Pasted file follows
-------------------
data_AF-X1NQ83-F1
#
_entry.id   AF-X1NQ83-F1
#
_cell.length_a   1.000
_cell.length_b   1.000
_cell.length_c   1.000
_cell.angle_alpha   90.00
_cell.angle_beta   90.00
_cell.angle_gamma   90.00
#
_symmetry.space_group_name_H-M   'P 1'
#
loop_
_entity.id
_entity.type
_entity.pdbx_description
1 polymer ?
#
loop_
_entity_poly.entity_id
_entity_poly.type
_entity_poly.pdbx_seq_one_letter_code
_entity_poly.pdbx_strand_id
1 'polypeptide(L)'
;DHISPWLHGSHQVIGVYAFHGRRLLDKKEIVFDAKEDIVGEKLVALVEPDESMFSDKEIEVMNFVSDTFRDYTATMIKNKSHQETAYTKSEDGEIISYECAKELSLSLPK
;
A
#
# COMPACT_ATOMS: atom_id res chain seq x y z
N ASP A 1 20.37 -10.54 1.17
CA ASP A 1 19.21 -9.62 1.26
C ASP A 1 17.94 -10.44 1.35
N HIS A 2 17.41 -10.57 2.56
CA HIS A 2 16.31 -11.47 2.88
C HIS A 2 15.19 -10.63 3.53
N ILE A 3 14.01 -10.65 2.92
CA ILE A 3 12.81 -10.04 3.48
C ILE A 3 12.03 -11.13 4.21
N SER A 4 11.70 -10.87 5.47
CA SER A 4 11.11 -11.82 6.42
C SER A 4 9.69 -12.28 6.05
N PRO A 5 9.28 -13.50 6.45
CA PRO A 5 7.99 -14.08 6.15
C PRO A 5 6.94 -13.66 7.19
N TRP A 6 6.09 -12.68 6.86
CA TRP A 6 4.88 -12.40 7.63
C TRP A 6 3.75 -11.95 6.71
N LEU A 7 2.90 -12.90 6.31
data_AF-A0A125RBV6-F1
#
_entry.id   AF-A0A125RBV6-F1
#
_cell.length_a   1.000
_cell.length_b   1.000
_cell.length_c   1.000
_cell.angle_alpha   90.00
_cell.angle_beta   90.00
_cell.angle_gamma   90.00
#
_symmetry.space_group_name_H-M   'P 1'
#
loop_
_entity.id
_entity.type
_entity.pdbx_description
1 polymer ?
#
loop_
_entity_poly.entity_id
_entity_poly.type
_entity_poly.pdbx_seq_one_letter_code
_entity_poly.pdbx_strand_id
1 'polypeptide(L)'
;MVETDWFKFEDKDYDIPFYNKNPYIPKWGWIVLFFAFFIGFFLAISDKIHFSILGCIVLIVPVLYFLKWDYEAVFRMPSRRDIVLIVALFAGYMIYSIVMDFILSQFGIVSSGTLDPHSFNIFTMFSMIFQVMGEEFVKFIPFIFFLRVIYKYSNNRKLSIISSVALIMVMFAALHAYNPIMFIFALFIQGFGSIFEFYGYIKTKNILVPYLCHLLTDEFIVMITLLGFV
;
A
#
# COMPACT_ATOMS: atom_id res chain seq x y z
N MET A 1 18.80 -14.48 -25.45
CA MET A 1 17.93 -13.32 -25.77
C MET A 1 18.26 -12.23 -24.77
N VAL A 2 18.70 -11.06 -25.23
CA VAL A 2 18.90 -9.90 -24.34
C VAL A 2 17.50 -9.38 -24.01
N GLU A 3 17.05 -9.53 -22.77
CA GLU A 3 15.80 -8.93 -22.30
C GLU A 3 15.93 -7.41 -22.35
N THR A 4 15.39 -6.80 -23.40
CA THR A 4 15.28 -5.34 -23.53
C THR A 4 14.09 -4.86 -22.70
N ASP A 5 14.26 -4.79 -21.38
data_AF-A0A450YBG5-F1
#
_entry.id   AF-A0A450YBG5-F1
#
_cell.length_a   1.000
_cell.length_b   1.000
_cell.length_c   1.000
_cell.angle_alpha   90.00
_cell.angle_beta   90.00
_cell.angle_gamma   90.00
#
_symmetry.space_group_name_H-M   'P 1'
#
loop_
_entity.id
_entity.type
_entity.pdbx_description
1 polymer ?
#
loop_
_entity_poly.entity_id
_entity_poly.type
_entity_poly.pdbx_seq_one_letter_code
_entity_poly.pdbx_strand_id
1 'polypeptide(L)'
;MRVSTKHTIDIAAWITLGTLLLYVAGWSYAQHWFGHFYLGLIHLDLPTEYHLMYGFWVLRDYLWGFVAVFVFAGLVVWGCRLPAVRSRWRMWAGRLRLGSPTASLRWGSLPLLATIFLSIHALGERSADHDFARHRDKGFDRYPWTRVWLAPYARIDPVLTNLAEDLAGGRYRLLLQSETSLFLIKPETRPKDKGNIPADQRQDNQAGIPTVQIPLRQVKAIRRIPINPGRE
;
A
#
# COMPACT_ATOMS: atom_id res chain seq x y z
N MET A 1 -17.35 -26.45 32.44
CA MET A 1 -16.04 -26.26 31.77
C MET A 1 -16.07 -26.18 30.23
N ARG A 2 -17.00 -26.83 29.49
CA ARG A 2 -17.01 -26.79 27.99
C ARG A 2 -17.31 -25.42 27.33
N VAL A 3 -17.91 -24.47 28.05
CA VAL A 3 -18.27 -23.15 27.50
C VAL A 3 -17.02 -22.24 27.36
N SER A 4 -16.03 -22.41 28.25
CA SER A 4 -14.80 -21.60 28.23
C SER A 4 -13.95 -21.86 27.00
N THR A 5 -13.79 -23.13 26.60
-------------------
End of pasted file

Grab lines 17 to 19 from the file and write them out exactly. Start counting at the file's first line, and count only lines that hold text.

_entity.pdbx_description
1 polymer ?
#